The fight for universal health care is one we need to consider as one of our issues. Furthermore, the fight to eradicate poverty affects GLBT people, and we must work see that happen.

Clearly, HIV/AIDS remains an issue for our community. While advances in medicine have moved us away from HIV being a death a sentence, we must continue to fight to educate the community about it and ensure that enough money is going into research on it.


17) How have AIDS and/or other health issues impacted your life personally?

When I was growing up, I remember that my mom had two male friends who were a couple. My mom was close with them, and would hang out with them often. When I was about 10 years old, I remember that we went to the hospital to visit one of them. I later would learn that he died of AIDS. A few years later, I ran into his partner. When I told him whose son I was, he remembered me instantly and was wowing at how tall I was and that I was gay.

I think this impacted me because his death and illness impacted my mother, and then made my coming out to her all that more difficult for her, but also let me see two gay Latino men in a loving relationship.


18) How would you describe the "diversity" within the Chicago GLBT community?

I've always been surrounded by a diverse group of friends in the community. Personally, for me, it has positively impacted me to have a diverse group of friends that has included people of all colors and backgrounds, drag queens and transgendered people, lesbians and bisexuals, older and younger. This has allowed me to have an understanding and appreciation of so many peoples.


19) If you consider yourself a "political" activist, how do you define this?

I'm politically involved. I started out interning for Congressman Luis Gutierrez in the summer of 1998 in his DC office. After that, I spent two summers interning for Hillary Clinton's first campaign for the Senate. Since then, I've come to work on Capitol Hill, working for Congresswoman Barbara Lee and now the Congressional Hispanic Caucus. I've also volunteered for Congressional campaigns, such as Reps. Allyson Schwartz, John Barrow, and Ciro Rodriguez, who were able to take out incumbent Republicans for office. Also I volunteered for Dan Seals in his unsuccessful bid to unseat Rep. Mark Kirk.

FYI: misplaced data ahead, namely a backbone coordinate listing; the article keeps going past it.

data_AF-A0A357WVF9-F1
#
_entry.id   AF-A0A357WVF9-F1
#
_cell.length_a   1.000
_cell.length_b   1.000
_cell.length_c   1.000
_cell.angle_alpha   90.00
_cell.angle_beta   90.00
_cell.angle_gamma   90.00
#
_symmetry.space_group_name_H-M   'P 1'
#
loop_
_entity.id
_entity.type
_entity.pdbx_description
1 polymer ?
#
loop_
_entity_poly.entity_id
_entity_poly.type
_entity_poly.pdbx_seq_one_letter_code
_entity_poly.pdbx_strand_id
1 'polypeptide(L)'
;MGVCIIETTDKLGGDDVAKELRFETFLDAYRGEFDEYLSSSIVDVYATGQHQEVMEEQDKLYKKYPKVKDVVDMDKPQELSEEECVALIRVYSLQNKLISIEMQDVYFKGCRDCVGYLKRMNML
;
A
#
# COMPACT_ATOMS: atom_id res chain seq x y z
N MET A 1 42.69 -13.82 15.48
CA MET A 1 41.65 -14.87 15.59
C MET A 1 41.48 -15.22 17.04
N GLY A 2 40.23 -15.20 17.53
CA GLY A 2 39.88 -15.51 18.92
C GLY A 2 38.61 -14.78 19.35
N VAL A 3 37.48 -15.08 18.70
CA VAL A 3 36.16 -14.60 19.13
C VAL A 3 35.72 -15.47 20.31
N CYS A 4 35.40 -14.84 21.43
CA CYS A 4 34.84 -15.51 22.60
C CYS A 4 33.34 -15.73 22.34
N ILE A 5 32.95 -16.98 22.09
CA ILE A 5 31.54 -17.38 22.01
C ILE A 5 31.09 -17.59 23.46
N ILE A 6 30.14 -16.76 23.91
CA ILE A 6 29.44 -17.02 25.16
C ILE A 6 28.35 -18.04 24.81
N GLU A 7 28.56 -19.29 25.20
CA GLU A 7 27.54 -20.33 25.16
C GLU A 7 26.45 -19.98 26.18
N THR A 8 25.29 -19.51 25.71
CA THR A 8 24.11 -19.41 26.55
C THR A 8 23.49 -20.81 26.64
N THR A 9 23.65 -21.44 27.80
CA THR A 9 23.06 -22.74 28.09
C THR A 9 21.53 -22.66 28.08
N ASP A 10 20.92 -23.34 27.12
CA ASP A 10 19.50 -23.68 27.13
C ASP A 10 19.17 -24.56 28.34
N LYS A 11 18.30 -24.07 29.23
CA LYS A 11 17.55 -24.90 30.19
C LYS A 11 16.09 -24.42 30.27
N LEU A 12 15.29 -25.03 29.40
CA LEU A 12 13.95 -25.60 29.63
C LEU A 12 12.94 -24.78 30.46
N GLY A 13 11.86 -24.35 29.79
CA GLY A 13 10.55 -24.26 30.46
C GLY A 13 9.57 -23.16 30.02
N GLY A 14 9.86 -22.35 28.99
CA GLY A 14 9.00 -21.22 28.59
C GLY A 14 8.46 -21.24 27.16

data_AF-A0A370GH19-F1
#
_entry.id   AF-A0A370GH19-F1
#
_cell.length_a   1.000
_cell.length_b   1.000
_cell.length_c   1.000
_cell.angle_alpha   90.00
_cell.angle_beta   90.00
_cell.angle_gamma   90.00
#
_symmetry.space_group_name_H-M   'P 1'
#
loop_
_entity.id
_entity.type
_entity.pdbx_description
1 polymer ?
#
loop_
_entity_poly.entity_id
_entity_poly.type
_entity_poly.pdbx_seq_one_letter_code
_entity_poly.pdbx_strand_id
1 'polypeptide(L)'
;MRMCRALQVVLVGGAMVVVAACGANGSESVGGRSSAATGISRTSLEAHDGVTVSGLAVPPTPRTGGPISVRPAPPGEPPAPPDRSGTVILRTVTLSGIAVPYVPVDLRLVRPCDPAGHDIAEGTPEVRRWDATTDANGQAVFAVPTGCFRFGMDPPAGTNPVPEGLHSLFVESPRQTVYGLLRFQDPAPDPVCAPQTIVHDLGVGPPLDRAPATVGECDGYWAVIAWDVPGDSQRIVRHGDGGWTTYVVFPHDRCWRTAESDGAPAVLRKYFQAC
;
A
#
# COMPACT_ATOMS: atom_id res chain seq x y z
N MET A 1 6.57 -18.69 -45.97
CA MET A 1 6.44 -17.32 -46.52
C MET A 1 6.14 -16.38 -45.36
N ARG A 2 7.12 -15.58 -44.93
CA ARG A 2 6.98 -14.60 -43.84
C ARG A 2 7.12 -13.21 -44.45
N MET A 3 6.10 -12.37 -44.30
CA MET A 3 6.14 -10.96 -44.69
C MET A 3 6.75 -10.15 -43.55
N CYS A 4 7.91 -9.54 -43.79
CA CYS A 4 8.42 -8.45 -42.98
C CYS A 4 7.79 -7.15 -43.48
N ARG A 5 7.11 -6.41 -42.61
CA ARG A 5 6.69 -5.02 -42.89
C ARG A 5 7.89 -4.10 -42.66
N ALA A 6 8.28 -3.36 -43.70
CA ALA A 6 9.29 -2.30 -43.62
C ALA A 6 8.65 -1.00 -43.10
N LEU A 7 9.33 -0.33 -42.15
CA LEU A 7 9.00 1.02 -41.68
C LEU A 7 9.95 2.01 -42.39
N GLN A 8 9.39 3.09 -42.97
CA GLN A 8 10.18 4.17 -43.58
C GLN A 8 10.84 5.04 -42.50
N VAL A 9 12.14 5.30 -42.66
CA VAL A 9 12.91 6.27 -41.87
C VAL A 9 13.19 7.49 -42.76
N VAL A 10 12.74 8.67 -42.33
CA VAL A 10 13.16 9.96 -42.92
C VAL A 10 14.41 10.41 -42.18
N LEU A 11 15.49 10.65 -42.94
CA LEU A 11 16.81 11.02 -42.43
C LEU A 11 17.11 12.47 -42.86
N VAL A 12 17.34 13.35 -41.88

20) Describe what you feel your personal legacy is to the Chicago GLBT community.

Personally, I am most proud when I hear that there are now so many high school Pride clubs and GSAs in the Chicago area, after having been a part of starting the first one in the city of Chicago. I hope to continue to make my mark on Chicago in the coming years. How exactly, I'm not sure.


21) This project is also about "defining moments." Please discuss some of those in your life.

One was in high school when I lobbied to create the Latino/Asian literature class. It taught me that when you want something to happen, it's not going to happen on its own. You need to take action to make it a reality. I learned to find allies – originally, I was just trying for Latino literature – and learned about process (in this case, navigating the Local School Council).


22) Additional comments and memories.

The city of Chicago is full of many vibrant leaders, from a diverse array of backgrounds and experiences. Chicago is like no other city in terms of its feeling of community and the support we have from the city, state, and federal officials. I am so proud to come from a progressive city like Chicago. Had I been raised anywhere else, I don't think I would be the person I am today.



Out and Proud in Chicago: An Overview of the City's Gay Community, the book is edited by Tracy Baim and features the contributions of more than 20 prominent historians and journalists. It is published by Surrey Books, an Agate imprint, and is hard cover, 224 pages, 4-color, with nearly 400 photos.